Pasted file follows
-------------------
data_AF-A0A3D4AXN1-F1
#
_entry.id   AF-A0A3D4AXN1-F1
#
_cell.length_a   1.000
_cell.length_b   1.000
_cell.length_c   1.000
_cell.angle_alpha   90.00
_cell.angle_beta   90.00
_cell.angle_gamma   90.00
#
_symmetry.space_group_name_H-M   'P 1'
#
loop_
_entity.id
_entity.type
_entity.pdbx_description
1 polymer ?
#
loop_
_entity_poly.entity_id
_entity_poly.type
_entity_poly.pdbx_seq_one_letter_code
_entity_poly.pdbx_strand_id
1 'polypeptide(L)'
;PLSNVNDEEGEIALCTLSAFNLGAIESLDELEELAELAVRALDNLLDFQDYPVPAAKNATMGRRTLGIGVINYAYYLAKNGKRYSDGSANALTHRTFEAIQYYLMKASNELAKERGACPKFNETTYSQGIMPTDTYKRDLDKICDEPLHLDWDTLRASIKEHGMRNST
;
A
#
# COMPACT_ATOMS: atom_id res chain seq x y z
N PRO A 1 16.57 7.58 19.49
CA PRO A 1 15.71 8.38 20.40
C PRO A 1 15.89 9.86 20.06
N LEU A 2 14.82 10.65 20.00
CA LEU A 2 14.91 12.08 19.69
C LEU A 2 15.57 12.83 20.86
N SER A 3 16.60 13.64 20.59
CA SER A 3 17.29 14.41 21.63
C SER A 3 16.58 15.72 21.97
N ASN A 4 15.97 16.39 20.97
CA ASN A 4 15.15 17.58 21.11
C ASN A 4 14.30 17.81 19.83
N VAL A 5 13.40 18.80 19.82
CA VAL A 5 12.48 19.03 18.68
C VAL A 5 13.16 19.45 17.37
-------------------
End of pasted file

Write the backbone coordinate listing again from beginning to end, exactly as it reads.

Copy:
data_AF-A0A3D4AXN1-F1
#
_entry.id   AF-A0A3D4AXN1-F1
#
_cell.length_a   1.000
_cell.length_b   1.000
_cell.length_c   1.000
_cell.angle_alpha   90.00
_cell.angle_beta   90.00
_cell.angle_gamma   90.00
#
_symmetry.space_group_name_H-M   'P 1'
#
loop_
_entity.id
_entity.type
_entity.pdbx_description
1 polymer ?
#
loop_
_entity_poly.entity_id
_entity_poly.type
_entity_poly.pdbx_seq_one_letter_code
_entity_poly.pdbx_strand_id
1 'polypeptide(L)'
;PLSNVNDEEGEIALCTLSAFNLGAIESLDELEELAELAVRALDNLLDFQDYPVPAAKNATMGRRTLGIGVINYAYYLAKNGKRYSDGSANALTHRTFEAIQYYLMKASNELAKERGACPKFNETTYSQGIMPTDTYKRDLDKICDEPLHLDWDTLRASIKEHGMRNST
;
A
#
# COMPACT_ATOMS: atom_id res chain seq x y z
N PRO A 1 16.57 7.58 19.49
CA PRO A 1 15.71 8.38 20.40
C PRO A 1 15.89 9.86 20.06
N LEU A 2 14.82 10.65 20.00
CA LEU A 2 14.91 12.08 19.69
C LEU A 2 15.57 12.83 20.86
N SER A 3 16.60 13.64 20.59
CA SER A 3 17.29 14.41 21.63
C SER A 3 16.58 15.72 21.97
N ASN A 4 15.97 16.39 20.97
CA ASN A 4 15.15 17.58 21.11
C ASN A 4 14.30 17.81 19.83
N VAL A 5 13.40 18.80 19.82
CA VAL A 5 12.48 19.03 18.68
C VAL A 5 13.16 19.45 17.37